Make sure, the outer edge of the holes are about 0.5 to 1mm inside of the outer (original) circle.
    Then use a diagonal clipper or a small saw and connect the holes, so the disk can be removed.
    Use a half round file to smooth it out to the diameter of the outer (original) circle.

    It's not that much of work, if you are talking about relatively thin aluminum material.
     
  17. adelorenzo

    adelorenzo Subscriber

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    It's not that complicated. I use a hole saw (regular one made for wood, not even one made for metal) to cut mine and a half-round file to clean it up. I clamp the board to a piece of scrap 2x4.
     
  18. NormanV

    NormanV Member

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    Just to add another choice, you could mark the circle, drill a small hole near to the inside edge of the circle and then cut around it using a metal cutting blade in a fretsaw/coping saw/piercing saw. I would be concerned about distorting the panel if you used a chassis punch as suggested.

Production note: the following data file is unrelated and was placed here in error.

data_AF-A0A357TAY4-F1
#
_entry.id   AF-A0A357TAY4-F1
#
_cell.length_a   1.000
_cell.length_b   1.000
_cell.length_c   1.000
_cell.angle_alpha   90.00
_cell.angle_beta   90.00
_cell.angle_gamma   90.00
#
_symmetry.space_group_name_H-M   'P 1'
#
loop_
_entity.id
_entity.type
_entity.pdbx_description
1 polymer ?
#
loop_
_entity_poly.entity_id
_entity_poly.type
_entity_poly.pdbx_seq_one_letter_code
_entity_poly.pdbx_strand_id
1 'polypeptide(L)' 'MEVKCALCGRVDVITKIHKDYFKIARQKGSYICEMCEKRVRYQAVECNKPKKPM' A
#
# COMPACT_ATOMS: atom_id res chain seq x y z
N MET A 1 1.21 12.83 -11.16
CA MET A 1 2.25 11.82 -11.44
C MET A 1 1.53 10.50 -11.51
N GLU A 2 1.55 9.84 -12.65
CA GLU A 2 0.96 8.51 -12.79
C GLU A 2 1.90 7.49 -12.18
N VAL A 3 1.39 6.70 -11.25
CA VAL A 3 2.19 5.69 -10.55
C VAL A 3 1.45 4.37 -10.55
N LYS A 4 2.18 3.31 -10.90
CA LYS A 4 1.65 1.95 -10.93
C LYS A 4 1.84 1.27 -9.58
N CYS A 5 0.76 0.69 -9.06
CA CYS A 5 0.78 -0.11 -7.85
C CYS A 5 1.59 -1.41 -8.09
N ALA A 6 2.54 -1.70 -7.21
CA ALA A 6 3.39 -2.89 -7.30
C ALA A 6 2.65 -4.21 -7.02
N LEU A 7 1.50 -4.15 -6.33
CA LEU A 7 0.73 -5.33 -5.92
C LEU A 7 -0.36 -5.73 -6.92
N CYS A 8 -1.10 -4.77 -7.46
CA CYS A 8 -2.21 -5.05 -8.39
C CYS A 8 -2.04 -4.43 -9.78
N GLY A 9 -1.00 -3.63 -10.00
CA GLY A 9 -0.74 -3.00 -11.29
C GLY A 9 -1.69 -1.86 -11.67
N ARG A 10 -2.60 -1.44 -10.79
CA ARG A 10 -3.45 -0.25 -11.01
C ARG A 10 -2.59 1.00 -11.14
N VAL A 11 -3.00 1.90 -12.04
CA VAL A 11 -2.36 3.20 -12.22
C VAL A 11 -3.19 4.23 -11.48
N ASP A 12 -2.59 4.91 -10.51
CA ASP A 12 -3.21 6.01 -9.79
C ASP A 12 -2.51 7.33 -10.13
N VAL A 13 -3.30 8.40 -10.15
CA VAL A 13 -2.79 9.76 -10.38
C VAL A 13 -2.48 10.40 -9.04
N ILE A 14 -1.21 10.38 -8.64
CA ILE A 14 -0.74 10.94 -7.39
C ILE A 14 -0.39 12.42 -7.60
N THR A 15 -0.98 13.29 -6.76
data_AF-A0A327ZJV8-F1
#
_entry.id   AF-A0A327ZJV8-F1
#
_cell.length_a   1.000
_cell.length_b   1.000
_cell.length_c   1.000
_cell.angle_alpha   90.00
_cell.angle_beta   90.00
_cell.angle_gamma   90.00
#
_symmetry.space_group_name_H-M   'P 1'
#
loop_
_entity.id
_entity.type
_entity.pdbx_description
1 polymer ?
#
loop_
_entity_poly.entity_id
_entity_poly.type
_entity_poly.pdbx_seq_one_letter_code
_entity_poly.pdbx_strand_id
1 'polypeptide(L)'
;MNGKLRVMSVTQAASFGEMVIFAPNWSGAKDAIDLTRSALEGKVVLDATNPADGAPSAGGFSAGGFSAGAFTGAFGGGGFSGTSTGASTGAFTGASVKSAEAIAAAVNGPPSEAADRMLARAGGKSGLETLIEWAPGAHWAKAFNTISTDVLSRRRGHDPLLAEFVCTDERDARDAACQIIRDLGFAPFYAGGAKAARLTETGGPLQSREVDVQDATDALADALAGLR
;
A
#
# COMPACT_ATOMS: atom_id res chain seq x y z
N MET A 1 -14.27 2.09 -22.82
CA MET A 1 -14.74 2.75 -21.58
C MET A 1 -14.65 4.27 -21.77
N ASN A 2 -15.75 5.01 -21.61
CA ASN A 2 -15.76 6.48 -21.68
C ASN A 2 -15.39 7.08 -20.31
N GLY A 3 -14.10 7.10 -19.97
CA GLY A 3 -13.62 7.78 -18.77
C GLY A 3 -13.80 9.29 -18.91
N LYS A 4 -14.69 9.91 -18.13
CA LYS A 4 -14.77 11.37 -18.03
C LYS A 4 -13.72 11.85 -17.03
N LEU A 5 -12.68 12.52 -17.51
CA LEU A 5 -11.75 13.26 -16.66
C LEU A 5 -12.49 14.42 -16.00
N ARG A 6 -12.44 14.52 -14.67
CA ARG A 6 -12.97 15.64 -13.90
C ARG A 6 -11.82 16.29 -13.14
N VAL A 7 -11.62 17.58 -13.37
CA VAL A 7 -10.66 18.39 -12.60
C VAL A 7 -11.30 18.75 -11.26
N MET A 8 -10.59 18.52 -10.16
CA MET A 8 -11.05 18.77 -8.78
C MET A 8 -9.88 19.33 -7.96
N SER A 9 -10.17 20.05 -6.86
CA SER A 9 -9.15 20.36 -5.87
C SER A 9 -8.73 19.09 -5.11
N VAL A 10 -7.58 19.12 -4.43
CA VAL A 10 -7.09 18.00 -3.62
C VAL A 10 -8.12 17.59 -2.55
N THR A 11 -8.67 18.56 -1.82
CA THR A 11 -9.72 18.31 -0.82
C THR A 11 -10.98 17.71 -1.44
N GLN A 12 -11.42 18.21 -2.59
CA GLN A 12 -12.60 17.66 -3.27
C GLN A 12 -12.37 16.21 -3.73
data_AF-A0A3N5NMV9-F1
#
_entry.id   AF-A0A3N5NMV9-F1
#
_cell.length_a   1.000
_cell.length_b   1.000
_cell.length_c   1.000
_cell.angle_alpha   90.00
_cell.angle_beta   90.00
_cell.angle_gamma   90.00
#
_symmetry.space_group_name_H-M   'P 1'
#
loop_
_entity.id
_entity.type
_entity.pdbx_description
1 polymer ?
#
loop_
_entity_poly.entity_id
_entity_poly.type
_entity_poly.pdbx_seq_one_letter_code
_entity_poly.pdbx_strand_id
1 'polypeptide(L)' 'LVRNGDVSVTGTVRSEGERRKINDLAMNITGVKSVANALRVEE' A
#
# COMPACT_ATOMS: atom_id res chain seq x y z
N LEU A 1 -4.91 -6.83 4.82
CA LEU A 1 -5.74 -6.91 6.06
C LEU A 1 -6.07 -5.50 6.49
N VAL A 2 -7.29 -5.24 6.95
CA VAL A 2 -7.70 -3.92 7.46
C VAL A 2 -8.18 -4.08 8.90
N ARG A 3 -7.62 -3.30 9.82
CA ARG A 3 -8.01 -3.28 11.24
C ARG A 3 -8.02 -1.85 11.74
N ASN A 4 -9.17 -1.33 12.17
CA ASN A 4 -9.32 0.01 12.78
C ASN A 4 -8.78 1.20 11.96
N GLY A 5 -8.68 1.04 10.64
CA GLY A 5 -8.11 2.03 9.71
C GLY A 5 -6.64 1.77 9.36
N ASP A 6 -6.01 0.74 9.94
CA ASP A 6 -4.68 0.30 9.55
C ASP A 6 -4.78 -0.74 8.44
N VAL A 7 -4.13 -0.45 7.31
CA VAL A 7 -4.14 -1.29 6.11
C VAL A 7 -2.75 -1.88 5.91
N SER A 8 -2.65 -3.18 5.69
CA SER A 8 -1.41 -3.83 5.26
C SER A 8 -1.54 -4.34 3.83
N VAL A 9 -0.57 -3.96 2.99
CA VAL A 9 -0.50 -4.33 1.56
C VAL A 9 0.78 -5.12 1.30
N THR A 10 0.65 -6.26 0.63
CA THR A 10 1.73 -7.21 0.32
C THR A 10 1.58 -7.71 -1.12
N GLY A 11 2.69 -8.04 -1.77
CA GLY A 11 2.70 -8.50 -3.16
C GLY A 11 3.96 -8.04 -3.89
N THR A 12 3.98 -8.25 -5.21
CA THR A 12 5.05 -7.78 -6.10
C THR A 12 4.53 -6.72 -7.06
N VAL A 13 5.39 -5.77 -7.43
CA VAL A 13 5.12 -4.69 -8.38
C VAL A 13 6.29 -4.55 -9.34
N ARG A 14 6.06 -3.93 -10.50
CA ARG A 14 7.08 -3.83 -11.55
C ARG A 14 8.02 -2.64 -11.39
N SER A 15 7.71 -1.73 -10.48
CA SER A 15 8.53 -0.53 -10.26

19. Ashutterbug

    Ashutterbug Member

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    Use a hole saw, it works great. Clamp it down well and use your slowest speed on the drill press. Feed the cutter slowly into the lens board.
     
  20. John Koehrer

    John Koehrer Subscriber

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    Hole saws for sure. Circle cutters have the extra height and diameter that need to be watched for. the board has tio be VERY secure. Well....so can hole saws, it's pretty exciting when the saw catches and spins the board especially if flesh is involved.
     
  21. silveror0

    silveror0 Member

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    Not to offer a solution, but this topic reminds me of a time when I wanted a hole cut in a Sinar board (about 3mm aluminum). I had a machinist friend who was also a supervisor in a large plant's machine shop for many years. He also had a GRAND shop in his basement. He put the board in his lathe and starting cutting, but stopped just before breakout, then with his pinky poked the piece out. I asked how he knew when to stop cutting. He said he could tell by the cutting sound. I asked what if the material was a different material. He said it would have a different sound. We're talking experience here.